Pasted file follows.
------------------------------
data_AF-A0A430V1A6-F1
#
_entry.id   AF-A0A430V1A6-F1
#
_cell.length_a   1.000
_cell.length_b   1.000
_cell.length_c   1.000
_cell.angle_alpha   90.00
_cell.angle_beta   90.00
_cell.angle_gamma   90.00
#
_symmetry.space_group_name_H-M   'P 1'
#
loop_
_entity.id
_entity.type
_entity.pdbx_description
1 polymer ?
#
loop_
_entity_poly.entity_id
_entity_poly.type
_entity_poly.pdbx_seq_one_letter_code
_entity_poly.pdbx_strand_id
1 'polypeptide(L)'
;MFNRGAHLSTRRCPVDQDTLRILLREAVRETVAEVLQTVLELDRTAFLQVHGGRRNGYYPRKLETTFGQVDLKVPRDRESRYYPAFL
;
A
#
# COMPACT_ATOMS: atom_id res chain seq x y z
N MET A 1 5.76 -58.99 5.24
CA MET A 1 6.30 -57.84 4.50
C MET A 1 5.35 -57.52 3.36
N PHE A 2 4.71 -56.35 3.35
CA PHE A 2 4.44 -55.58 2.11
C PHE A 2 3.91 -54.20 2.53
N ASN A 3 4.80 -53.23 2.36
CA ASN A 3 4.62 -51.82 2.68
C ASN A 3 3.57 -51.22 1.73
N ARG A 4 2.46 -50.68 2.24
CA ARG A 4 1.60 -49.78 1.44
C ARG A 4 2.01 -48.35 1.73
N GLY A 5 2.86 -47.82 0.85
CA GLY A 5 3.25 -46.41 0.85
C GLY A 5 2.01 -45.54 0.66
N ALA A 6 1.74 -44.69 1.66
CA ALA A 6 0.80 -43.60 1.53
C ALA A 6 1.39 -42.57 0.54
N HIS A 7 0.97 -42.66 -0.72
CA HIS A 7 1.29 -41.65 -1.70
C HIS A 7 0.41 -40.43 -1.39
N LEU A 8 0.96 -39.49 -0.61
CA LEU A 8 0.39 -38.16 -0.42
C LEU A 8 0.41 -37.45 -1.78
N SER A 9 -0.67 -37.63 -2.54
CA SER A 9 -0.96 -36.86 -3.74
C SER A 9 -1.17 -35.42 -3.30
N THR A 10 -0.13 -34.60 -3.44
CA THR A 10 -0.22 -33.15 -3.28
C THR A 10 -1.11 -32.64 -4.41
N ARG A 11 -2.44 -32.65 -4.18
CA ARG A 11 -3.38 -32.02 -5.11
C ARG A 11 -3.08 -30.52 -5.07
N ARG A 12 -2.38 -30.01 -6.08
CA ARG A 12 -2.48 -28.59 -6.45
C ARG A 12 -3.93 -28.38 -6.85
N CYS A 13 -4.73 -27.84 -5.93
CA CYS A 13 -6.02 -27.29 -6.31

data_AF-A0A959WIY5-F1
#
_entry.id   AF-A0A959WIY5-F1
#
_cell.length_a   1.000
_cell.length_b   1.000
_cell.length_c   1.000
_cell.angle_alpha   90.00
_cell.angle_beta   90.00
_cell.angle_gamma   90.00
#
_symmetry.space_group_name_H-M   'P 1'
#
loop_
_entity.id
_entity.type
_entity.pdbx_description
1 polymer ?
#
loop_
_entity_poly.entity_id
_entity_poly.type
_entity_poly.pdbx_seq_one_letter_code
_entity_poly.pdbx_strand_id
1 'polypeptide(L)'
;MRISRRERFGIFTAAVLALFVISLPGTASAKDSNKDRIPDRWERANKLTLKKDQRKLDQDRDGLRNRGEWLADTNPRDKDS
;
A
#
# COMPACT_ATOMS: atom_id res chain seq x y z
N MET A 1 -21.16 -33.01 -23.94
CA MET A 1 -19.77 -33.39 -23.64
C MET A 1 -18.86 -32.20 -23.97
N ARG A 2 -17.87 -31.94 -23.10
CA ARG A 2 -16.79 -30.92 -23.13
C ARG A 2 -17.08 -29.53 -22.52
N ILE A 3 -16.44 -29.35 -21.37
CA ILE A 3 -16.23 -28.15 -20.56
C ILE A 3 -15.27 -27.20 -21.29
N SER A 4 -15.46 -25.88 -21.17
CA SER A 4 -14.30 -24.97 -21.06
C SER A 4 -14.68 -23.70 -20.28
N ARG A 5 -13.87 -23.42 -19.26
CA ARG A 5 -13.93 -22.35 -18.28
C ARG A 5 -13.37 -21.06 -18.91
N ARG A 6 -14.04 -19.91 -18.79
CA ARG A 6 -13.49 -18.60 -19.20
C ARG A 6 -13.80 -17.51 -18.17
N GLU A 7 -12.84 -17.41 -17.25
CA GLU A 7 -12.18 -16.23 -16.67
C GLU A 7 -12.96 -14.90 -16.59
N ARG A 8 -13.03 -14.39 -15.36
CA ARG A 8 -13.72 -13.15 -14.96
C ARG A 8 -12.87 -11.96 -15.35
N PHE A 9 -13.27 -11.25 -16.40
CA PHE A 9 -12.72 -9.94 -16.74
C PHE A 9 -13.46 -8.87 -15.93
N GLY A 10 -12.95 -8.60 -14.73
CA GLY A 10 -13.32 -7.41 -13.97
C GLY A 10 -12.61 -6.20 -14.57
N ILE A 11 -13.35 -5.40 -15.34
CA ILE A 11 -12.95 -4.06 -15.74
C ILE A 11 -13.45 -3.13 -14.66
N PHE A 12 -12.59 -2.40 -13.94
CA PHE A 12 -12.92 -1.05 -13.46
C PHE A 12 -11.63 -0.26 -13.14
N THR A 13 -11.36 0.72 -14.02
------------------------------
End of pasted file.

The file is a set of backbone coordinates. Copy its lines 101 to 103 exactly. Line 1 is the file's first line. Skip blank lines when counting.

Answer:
C MET A 1 -18.86 -32.20 -23.97
N ARG A 2 -17.87 -31.94 -23.10
CA ARG A 2 -16.79 -30.92 -23.13